The Structure: We are inclined today to tell people that if they “pray the prayer” receiving Christ, they can know for certain that they’ve passed from eternal death to eternal life. John’s words should make us think again about that kind of assurance in the lives of others and in our own lives. In his “Treatise Concerning Religious Affections,” 18th-century American theologian Jonathan Edwards warned, “Godliness is more easily feigned in words than in actions.” Or, in more modern idiom, “Talk is cheap.” What marks us as God’s own? Edwards wrote, “But it is doubtless true, and evident from [the] Scriptures, that the essence of all true religion lies in holy love; and that in this divine affection, and an habitual disposition to it, and that light which is the foundation of it, and those things which are the fruits of it, consists the whole of religion.”
If the standard is love for your brothers and sisters, how does your faith stack up?
1 John 3:12-13
We should not be like Cain, who was of the evil one and murdered his brother. And why did he murder him? Because his own deeds were evil and his brother’s righteous. Do not be surprised, brothers, that the world hates you.
The Story: John illustrated his point about the children of God and the children of the devil by going back almost to the beginning, to Cain and Abel (Genesis 4:1-16). Cain’s murderous anger against Abel began with their sacrifices. Cain offered vegetables, and Abel the firstborn of his flocks. Cain’s sacrifice, wrote John, was evil. It said more about what Cain wanted than it did about what God asked. His “sacrifice,” in fact, slandered the God he professed to worship by rewriting the rules of sacrifice as he chose. In this, Cain showed his resemblance to the devil, who, in tempting Jesus, offered everything “if you will fall down and worship me” (Matthew 4:9), that is, if you will accept reality on my terms, not God’s. This, John wrote, is why the world hates the Church. The world wants to dictate the terms just as Cain did, just as the devil did. Christians, following their Lord, refuse that bargain.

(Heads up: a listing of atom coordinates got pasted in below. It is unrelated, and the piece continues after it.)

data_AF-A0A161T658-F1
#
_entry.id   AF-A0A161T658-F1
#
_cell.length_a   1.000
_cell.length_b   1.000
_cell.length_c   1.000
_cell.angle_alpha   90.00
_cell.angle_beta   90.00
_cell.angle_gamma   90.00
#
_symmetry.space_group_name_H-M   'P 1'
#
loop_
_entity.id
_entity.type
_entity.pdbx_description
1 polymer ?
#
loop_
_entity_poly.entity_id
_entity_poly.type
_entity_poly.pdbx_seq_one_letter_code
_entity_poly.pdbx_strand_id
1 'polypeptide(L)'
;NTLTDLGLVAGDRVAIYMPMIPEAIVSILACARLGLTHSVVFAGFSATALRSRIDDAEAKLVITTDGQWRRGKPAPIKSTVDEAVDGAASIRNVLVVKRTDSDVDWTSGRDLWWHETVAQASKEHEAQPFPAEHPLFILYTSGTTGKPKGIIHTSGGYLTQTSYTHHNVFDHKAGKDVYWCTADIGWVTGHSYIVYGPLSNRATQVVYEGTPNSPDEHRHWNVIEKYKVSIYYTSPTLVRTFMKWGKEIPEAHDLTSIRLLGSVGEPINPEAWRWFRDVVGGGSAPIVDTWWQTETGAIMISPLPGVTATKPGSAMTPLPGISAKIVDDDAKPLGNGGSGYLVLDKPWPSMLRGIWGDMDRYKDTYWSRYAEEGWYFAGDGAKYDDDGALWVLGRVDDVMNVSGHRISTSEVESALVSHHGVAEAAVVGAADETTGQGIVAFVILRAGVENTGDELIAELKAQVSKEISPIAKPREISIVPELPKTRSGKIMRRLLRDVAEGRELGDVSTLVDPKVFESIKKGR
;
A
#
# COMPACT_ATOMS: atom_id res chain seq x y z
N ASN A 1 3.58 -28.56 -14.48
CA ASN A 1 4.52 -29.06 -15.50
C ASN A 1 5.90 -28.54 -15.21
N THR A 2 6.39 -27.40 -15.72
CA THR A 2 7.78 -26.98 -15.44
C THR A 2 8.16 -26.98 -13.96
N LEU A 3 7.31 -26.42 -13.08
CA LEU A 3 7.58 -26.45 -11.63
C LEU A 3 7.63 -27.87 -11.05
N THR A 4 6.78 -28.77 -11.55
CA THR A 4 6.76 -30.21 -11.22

The Structure: Today we face a situation that, while not the same, is similar to the one John wrote about. In the book “Light of the World,” Pope Emeritus Benedict XVI told interviewer Peter Seewald, “In a world that has become relativistic, a new paganism has gained more and more dominion over people’s thoughts and actions. It has long since become clear not only that there is a blank space, a vacuum, alongside the Church, but also that something like an anti-church has been established.” This, in large measure, explains the growing hatred for the Church and the erosion of our religious liberty. Many want to withhold the free exercise of their religion from those who believe in offensive ideas like absolute truth, objective standards of right and wrong, and a fixed human nature. Christians in the West, while not persecuted, are despised in many precincts of our culture for refusing to give in to those who wish to reinvent humanity, morality, and truth according to their changing desires. So “do not be surprised.”
How can you show Christ-like love for those who despise Christianity and Christians? How does that kind of love witness to the Truth?